Lynn Hopewell, a former CIA officer whose ideas pioneered the development of retirement planning software, died on March 28 at Inova Fairfax Hospital in Virginia. He was 68 years old.
   An enthusiastic Civil War historian, Hopewell led a kaleidoscopic life. As a teenager in Portsmouth, Va., Hopewell was an all-state end who scored the winning touchdown in the state championship game for Woodrow Wilson High School. He earned a bachelor's degree in physics from Virginia Tech in 1960 and an M.B.A. from Harvard Business School in 1968. He spent most of that decade working as a communications engineer for the CIA in 40 different countries.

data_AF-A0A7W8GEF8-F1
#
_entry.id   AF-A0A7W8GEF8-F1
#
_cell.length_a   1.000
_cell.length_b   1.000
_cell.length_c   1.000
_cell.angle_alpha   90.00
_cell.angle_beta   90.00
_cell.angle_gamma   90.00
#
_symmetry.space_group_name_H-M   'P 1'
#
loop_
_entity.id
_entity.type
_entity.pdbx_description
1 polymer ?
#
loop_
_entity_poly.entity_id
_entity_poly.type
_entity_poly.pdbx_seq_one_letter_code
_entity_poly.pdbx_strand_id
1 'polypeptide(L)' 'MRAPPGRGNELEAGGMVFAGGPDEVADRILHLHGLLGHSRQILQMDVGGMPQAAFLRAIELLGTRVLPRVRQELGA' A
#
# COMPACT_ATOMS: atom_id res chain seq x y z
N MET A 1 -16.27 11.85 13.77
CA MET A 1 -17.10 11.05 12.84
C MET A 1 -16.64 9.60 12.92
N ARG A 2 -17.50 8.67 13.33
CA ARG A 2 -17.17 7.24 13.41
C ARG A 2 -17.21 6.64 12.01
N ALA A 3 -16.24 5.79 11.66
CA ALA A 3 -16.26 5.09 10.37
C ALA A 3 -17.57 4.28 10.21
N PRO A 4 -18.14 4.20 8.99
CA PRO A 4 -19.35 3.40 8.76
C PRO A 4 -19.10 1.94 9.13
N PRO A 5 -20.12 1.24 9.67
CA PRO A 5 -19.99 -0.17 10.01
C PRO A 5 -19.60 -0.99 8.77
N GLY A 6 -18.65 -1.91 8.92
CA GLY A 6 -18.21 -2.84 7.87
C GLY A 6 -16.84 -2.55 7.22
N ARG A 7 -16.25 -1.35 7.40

After leaving the CIA, he spent 10 years as an executive at several computer and telecommunications companies. In 1980, he entered the financial planning business, forming Hopewell Rembert Advisors, where he spent 10 years before creating his own firm, The Monitor Group, which he sold to Glenn Kautt in 1999.
   In the 1980s, Hopewell wrote a series of articles for Financial Planning Magazine that became the foundation for many retirement planning software packages. In the 1990s, he served as editor of the Journal of Financial Planning and was among the first advisors to embrace the Monte Carlo simulator, a program designed to show clients a range of different potential outcomes arising from their investment decisions.
   In retirement, Hopewell spent his time working on a book about the Civil War.
   He is survived by his wife, Leslie Lindsay Hopewell of Warrenton, Va., three sons, two stepchildren and his mother.